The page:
The Se metabolism includes the processes of Se accumulation in different forms, storage of Se in different tissues, and eventually (partial) volatilisation (Peterson and Butler 1962; Rosenfeld and Beath 1964; Evans et al. 1968; Lewis and Johnson 1974). The biochemistry of Se affects not only the plant itself but also its ecological partners (El Mehdawi et al. 2011, 2015; Reynolds and Pilon-Smits 2018). Apart from destructive analysis of excised parts of plants, there are a number of in situ and/or in vivo techniques that can be utilised to elucidate the distribution of Se within whole plants and plant organs and cells. Autoradiography was one of the first approaches with high sensitivity that was used to study the ability of plants to uptake and translocate Se to different tissues (Rosenfeld and Beath 1964). In autoradiography, plants are grown in a substrate to which the radioisotope 75Se is added and the emitted gamma rays are detected using analogue film or digital detectors (Martin et al. 1971). Although this approach allows the detection of only one element at a time, it facilitates the examination of large samples and hydrated plant tissues, thereby enabling the visualisation of Se distribution in live Se hyperaccumulator plants (Kopittke et al. 2020). Even though this method has been very useful in studying Se hyperaccumulator plants in the past (Rosenfeld and Eppson 1962; Martin et al. 1971; Goodson et al. 2003), regulatory constraints of the use of radioisotopes nowadays have greatly diminished its use. The advent of X-ray based techniques that work by detecting emitted fluorescent X-rays, have gained popularity due to their high-resolution and non-destructive nature and multi-element capability (van der Ent et al. 2018; Kopittke et al. 2018; 2020). The use of synchrotron-based X-ray Fluorescence Microscopy (XFM) has been particularly powerful in the study of Se hyperaccumulator plants (Freeman et al. 2006, 2010). Similar to the handheld XRF, this approach uses X-rays to impact a sample and generates an elemental map with the distribution of the elements of interest. A synchrotron is a very large particle accelerator in which electrons are guided through a storage ring to close the speed of light. At various positions in the storage ring, which can be several km in diameter, brilliant X-rays are produced by insertion devices which are guided to so-called beam stations in which measurements take place. In the beam station, a plant sample is mounted in a plastic holder on a motion stage which moves the sample through the intense micron-sized beam of X-rays with the fluorescent X-rays recorded by a detector. This enables the construction of a pixel array of elemental concentrations i.e. ‘elemental maps’. Uniquely, this method offers the ability to measure plant specimens in hydrated (live) state without any sample preparation and has high sensitivity (< 10 µg g−1 level) and high spatial resolution (< 1 µm). In essence, a whole live plant or any part of a plant organ or sectioned tissue can be analysed “as is” with XFM. The instrumentation can also determine chemical speciation of selected elements in vivo and even spatially using X-ray Absorption Spectroscopy (XAS), see below for more details (Kopittke et al. 2018). In contrast to analysis of whole plant organs probed at the tissue/cellular-scale, the (cryo)sectioning of samples for subcellular-level analysis is highly challenging due to the risk of significant artefacts, although newer XFM computed tomography (XFM-CT) methods enable to obtain 3D models of elemental distribution in physically intact specimens (van der Ent et al. 2018).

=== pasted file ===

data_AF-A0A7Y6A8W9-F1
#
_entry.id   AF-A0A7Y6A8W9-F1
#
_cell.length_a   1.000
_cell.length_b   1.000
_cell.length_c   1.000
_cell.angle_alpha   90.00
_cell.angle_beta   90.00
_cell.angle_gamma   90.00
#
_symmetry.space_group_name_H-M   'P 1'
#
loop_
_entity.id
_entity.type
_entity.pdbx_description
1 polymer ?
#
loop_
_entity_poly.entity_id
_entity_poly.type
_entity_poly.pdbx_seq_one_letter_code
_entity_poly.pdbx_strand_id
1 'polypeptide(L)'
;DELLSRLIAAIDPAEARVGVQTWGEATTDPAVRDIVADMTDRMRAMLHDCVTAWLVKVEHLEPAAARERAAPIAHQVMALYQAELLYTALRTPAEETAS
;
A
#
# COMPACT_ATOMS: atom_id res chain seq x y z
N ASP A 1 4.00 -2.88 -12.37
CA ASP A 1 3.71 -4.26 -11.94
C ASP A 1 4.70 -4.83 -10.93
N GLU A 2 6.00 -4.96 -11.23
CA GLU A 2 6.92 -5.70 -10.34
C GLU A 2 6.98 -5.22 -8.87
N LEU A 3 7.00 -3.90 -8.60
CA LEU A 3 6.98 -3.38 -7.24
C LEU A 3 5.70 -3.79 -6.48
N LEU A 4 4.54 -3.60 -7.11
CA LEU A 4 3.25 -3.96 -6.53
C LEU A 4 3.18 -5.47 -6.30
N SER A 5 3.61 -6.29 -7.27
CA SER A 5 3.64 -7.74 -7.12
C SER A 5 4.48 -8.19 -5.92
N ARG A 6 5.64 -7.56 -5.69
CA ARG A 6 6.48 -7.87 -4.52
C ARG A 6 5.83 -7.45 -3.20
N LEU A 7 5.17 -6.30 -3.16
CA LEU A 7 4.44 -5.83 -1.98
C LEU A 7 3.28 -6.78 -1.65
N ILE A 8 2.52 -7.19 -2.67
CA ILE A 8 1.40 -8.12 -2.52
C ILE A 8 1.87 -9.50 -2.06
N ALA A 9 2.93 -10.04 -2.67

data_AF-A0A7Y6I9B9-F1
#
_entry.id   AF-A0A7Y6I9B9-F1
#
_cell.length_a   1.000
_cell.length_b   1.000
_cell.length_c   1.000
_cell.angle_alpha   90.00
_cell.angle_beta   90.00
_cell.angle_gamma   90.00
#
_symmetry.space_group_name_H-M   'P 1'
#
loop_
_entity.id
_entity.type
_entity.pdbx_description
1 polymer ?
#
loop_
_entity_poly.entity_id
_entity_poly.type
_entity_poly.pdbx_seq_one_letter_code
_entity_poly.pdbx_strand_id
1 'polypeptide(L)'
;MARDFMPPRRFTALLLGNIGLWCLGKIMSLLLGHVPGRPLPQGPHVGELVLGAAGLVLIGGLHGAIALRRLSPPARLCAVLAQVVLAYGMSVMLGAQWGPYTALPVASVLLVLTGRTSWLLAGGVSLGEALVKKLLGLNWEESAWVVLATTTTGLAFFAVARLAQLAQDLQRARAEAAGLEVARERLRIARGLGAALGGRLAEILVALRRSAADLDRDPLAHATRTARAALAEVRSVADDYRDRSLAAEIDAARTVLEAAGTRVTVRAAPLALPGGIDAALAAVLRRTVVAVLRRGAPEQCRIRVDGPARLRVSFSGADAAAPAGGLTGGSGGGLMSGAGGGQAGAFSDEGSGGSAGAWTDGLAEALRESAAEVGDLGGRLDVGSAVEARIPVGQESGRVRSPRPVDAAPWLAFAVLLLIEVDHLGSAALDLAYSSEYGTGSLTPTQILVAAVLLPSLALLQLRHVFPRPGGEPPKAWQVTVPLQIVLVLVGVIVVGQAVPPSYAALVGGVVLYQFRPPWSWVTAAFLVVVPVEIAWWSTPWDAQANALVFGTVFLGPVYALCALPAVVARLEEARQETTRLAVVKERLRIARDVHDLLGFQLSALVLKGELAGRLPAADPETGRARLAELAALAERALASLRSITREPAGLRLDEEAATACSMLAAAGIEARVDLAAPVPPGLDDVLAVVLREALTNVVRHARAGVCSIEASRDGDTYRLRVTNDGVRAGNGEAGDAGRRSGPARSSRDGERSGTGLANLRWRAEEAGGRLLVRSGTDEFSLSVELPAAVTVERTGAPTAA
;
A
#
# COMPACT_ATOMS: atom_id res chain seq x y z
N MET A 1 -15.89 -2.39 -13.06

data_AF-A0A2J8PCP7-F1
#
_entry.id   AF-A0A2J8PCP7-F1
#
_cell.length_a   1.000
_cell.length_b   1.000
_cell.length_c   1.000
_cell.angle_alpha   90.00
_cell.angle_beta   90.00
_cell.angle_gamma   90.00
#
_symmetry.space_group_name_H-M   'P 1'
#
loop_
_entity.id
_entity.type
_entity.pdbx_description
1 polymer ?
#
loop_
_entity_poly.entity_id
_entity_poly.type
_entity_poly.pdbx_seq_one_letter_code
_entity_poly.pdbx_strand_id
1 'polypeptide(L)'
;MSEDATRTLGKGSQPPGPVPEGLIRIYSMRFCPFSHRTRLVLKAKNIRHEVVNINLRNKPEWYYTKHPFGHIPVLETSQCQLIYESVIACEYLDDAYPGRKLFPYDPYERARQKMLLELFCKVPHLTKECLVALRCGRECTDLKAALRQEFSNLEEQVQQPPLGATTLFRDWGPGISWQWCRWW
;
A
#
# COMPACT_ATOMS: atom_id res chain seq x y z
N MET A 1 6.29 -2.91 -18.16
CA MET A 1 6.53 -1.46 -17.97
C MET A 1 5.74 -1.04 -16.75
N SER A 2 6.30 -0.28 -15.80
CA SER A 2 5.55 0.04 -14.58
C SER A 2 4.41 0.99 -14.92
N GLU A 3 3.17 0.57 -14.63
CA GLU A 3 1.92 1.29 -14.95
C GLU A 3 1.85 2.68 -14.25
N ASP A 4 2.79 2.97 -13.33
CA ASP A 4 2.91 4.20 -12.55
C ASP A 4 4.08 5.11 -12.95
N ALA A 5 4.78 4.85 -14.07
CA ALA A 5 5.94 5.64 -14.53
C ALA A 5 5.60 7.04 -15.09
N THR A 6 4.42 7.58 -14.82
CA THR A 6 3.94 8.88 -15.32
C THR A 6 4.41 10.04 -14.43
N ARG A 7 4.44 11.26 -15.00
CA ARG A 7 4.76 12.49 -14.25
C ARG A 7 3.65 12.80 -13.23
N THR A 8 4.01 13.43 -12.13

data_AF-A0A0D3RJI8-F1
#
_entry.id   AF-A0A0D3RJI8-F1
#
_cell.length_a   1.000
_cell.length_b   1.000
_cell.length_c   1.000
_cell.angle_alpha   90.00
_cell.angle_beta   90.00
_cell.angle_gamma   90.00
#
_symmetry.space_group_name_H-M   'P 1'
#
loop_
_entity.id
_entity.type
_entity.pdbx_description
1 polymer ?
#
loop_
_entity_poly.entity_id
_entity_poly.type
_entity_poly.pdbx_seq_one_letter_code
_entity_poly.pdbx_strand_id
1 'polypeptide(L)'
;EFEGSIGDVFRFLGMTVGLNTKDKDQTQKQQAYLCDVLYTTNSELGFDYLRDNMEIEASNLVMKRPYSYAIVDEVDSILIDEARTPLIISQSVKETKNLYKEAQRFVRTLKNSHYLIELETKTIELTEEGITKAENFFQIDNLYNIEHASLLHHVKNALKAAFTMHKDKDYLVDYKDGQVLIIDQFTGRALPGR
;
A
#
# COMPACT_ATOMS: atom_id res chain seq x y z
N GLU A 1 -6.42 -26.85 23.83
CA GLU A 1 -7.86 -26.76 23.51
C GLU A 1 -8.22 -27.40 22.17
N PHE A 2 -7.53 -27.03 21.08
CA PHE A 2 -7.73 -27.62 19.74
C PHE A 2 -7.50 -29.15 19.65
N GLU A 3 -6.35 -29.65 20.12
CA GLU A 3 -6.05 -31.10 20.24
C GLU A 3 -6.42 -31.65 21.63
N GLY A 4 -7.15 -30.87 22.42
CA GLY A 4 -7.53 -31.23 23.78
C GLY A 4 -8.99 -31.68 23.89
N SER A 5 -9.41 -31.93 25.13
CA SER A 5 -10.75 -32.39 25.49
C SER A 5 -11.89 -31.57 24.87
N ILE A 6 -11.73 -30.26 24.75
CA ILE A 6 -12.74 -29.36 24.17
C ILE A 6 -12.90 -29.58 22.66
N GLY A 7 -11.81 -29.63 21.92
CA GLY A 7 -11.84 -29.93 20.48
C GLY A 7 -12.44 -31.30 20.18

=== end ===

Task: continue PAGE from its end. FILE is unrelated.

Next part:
More recently, the development of laboratory-based XFM has been demonstrated to be an alternative to synchrotron-based XFM, although it cannot yet compete in terms of spatial resolution or sensitivity and the ability to undertake in situ chemical speciation analysis (Fig. 3) (van der Ent et al. 2018). Recent technological developments have brought capabilities of this method closer to synchrotron-based XFM performance. Similarly, it can analyse specimens in fresh/live state and it offers the ability to scan large specimens (up to 30 × 30 cm) at high resolution (down to 20 µm) with good sensitivity (> 100 µg g−1 level) (Fig. 4). The local availability of laboratory-based XFM is particularly attractive for assessing live plants subjected to Se dose treatments (Harvey et al. 2020). Another X-ray based tool that uses the emission of characteristic X-rays to detect Se and other elements is Scanning Electron Microscopy with Energy Dispersive Spectroscopy (SEM–EDS). Although SEM–EDS only allows semi-quantification and has relatively poor limits of detection, it can visualize very small particles of inorganic elements e.g. Se in high resolution (1–5 µm) in specific areas of interest, such as on leaf surfaces or in tissue cross-sections (Gei et al. 2018; van der Ent et al. 2018).